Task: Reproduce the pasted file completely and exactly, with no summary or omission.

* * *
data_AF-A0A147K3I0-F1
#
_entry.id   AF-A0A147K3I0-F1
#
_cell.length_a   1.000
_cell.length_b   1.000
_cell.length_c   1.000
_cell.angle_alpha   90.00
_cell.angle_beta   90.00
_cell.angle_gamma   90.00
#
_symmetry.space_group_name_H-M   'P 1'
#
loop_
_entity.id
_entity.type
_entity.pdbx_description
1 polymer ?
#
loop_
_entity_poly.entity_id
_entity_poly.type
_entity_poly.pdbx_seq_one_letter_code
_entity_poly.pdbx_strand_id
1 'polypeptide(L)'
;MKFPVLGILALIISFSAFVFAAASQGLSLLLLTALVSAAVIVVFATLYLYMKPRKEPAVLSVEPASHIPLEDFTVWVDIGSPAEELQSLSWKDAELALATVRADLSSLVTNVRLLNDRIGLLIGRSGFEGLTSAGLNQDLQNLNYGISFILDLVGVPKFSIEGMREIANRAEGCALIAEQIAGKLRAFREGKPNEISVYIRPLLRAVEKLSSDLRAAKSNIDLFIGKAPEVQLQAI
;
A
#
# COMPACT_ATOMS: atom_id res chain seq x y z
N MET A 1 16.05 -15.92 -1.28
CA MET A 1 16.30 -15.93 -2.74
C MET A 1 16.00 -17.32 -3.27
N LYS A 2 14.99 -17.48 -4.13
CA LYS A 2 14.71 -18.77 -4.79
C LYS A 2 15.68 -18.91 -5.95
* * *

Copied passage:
data_AF-A0A147K3I0-F1
#
_entry.id   AF-A0A147K3I0-F1
#
_cell.length_a   1.000
_cell.length_b   1.000
_cell.length_c   1.000
_cell.angle_alpha   90.00
_cell.angle_beta   90.00
_cell.angle_gamma   90.00
#
_symmetry.space_group_name_H-M   'P 1'
#
loop_
_entity.id
_entity.type
_entity.pdbx_description
1 polymer ?
#
loop_
_entity_poly.entity_id
_entity_poly.type
_entity_poly.pdbx_seq_one_letter_code
_entity_poly.pdbx_strand_id
1 'polypeptide(L)'
;MKFPVLGILALIISFSAFVFAAASQGLSLLLLTALVSAAVIVVFATLYLYMKPRKEPAVLSVEPASHIPLEDFTVWVDIGSPAEELQSLSWKDAELALATVRADLSSLVTNVRLLNDRIGLLIGRSGFEGLTSAGLNQDLQNLNYGISFILDLVGVPKFSIEGMREIANRAEGCALIAEQIAGKLRAFREGKPNEISVYIRPLLRAVEKLSSDLRAAKSNIDLFIGKAPEVQLQAI
;
A
#
# COMPACT_ATOMS: atom_id res chain seq x y z
N MET A 1 16.05 -15.92 -1.28
CA MET A 1 16.30 -15.93 -2.74
C MET A 1 16.00 -17.32 -3.27
N LYS A 2 14.99 -17.48 -4.13
CA LYS A 2 14.71 -18.77 -4.79
C LYS A 2 15.68 -18.91 -5.95